Creativity and Innovation

Skills for Success defines Creativity and Innovation as the ability to imagine, develop, express, encourage, and apply ideas in ways that are novel, unexpected, or challenge existing methods and norms.

Discover the language in Creativity and Innovation

Creativity and Innovation requires communicating with others in a way that conveys readiness for generating ideas and trying new ways of doing things. It involves listening, speaking, reading and writing, often in combination; for example:

  • Listening actively and asking questions to understand problems or processes that need to be improved.
  • Listening to new or diverse ideas without judgement; asking questions to understand and build on ideas.
  • Conveying curiosity and an openness to exploring ways to improve processes, services or products.
  • Participating in brainstorming; offering ideas while conveying respect for others’ ideas.
  • Receiving and offering constructive feedback; expressing appreciation and encouraging others to elaborate.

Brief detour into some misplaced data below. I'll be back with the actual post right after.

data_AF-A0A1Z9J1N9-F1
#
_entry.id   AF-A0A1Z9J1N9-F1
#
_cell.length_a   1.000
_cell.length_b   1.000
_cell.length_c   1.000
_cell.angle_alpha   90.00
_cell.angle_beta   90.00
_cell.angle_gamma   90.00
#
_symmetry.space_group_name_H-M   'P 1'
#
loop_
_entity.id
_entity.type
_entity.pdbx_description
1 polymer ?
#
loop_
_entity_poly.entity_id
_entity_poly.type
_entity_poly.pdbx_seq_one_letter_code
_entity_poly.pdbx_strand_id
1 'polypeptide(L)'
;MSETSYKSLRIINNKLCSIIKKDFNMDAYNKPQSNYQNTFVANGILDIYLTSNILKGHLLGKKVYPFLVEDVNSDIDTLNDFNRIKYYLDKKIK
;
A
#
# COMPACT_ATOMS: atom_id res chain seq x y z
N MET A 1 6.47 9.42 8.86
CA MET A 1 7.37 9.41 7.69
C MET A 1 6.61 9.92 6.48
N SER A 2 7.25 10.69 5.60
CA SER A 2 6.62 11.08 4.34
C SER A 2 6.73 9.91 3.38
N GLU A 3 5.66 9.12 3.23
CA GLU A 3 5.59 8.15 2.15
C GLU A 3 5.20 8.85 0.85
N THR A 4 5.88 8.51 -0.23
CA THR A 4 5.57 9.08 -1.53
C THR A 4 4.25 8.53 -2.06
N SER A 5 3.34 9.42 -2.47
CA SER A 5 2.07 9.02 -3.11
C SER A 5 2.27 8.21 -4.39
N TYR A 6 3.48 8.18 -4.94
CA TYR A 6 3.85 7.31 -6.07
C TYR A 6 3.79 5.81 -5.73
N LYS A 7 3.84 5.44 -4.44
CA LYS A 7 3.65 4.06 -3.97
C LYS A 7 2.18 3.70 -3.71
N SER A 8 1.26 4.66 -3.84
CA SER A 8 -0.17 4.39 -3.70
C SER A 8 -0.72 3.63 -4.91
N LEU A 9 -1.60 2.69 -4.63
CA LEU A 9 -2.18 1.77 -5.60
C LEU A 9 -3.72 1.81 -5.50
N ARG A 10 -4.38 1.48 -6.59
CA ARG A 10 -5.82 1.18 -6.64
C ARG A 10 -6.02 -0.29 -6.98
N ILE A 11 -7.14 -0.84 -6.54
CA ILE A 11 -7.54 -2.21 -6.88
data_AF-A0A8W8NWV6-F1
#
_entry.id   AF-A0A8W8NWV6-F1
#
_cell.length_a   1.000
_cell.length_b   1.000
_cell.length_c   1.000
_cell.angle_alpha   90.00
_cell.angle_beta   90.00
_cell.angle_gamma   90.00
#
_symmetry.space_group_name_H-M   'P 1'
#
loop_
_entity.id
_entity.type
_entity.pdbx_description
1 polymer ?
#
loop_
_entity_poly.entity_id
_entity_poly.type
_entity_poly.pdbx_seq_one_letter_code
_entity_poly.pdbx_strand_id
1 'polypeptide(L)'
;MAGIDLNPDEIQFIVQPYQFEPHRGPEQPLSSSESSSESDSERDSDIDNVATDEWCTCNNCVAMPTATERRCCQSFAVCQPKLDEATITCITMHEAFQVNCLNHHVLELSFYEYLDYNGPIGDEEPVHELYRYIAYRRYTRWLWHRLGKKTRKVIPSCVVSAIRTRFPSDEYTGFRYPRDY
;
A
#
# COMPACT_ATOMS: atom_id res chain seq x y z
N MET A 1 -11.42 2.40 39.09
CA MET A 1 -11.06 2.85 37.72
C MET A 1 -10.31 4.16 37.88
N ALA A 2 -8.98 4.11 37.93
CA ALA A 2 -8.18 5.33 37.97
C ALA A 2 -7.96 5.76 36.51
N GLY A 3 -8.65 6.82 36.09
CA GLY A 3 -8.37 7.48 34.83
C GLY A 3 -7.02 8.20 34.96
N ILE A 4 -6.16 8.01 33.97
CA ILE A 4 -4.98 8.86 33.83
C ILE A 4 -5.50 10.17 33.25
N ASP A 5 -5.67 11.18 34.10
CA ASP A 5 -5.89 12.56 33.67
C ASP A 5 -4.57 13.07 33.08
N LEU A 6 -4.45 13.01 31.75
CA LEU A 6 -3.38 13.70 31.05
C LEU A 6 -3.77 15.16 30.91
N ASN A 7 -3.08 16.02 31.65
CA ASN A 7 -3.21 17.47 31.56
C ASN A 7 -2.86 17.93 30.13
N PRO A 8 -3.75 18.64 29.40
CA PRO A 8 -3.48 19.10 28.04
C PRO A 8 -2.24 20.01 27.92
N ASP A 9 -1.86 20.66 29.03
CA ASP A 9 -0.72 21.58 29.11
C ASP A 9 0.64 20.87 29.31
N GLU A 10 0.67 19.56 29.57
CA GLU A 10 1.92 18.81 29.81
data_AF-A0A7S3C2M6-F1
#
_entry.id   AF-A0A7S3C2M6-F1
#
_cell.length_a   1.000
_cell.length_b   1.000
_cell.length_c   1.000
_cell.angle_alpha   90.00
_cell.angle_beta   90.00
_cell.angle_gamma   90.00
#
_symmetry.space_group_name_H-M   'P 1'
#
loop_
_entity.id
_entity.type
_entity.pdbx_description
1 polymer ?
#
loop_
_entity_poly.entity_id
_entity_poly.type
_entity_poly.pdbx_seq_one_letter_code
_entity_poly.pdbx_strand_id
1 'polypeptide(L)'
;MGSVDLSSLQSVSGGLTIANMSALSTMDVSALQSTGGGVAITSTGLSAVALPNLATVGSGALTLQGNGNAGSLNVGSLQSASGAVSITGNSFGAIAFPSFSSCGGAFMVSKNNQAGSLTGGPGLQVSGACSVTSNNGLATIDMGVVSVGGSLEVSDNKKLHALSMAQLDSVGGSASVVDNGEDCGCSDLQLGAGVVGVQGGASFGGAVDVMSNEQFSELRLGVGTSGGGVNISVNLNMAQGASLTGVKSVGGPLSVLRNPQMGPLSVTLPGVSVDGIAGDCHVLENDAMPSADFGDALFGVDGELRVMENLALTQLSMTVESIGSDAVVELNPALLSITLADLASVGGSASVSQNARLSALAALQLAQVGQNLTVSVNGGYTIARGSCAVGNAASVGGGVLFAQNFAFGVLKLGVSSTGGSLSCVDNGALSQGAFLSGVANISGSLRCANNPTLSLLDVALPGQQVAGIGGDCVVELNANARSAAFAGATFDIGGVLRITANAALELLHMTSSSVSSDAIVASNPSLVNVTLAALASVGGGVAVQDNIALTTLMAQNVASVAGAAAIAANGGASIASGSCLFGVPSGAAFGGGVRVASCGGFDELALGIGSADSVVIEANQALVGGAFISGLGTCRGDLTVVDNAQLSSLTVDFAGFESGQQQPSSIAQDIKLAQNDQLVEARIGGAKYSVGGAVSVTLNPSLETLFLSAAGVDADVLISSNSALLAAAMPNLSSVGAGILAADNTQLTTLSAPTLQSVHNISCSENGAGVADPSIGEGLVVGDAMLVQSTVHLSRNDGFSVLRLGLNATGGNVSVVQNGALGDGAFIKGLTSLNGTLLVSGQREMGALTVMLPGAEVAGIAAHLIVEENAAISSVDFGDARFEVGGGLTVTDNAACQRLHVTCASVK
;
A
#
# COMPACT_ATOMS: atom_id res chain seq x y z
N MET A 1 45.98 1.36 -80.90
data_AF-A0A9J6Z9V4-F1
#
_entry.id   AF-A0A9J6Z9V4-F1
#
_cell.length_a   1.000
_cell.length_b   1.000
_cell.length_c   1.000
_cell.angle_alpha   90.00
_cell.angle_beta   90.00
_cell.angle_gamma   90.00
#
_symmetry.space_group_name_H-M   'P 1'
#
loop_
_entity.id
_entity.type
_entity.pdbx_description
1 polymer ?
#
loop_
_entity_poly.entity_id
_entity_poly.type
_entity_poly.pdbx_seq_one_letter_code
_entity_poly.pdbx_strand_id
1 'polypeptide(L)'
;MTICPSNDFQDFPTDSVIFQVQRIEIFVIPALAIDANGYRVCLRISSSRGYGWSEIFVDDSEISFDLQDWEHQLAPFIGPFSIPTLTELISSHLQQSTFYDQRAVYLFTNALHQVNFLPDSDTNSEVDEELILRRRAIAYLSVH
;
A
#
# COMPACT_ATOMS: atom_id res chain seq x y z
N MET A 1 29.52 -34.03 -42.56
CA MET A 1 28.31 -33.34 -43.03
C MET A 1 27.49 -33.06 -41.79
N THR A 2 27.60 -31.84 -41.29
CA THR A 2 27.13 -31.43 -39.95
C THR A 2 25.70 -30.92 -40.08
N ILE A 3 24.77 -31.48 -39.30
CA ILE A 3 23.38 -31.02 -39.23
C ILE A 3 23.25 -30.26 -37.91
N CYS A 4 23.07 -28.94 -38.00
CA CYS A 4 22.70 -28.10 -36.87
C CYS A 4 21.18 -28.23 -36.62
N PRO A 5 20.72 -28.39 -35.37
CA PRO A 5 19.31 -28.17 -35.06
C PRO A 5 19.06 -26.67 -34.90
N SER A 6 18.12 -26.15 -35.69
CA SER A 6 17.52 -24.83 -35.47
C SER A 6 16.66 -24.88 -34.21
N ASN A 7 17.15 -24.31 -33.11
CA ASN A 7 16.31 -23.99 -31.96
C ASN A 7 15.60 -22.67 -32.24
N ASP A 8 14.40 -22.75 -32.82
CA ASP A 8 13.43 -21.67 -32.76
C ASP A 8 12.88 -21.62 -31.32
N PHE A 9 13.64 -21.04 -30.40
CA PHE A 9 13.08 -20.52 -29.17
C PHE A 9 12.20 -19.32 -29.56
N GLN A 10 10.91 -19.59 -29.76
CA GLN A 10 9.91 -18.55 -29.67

• Expressing or presenting ideas, including interpretations, rationales, strengths and limitations, and recognition of bias and assumptions; asking for input.
  • Expressing or presenting plans for acting on an idea.
  • Admitting and sharing mistakes or errors in judgement, and identifying what can be learned from them.

Explore work-related examples at each CLB stage

The Canadian Language Benchmarks (CLB) describe communicative ability in English as a Second Language (ESL). The CLB organize 12 benchmarks into three stages of ability: Stage I (Basic), Stage II (Intermediate) and Stage III (Advanced).

Learners may already possess Creativity and Innovation skills but lack the English language to demonstrate them. For this reason, there is no direct correspondence between Creativity and Innovation and CLB levels.

The examples below show the language involved in demonstrating Creativity and Innovation.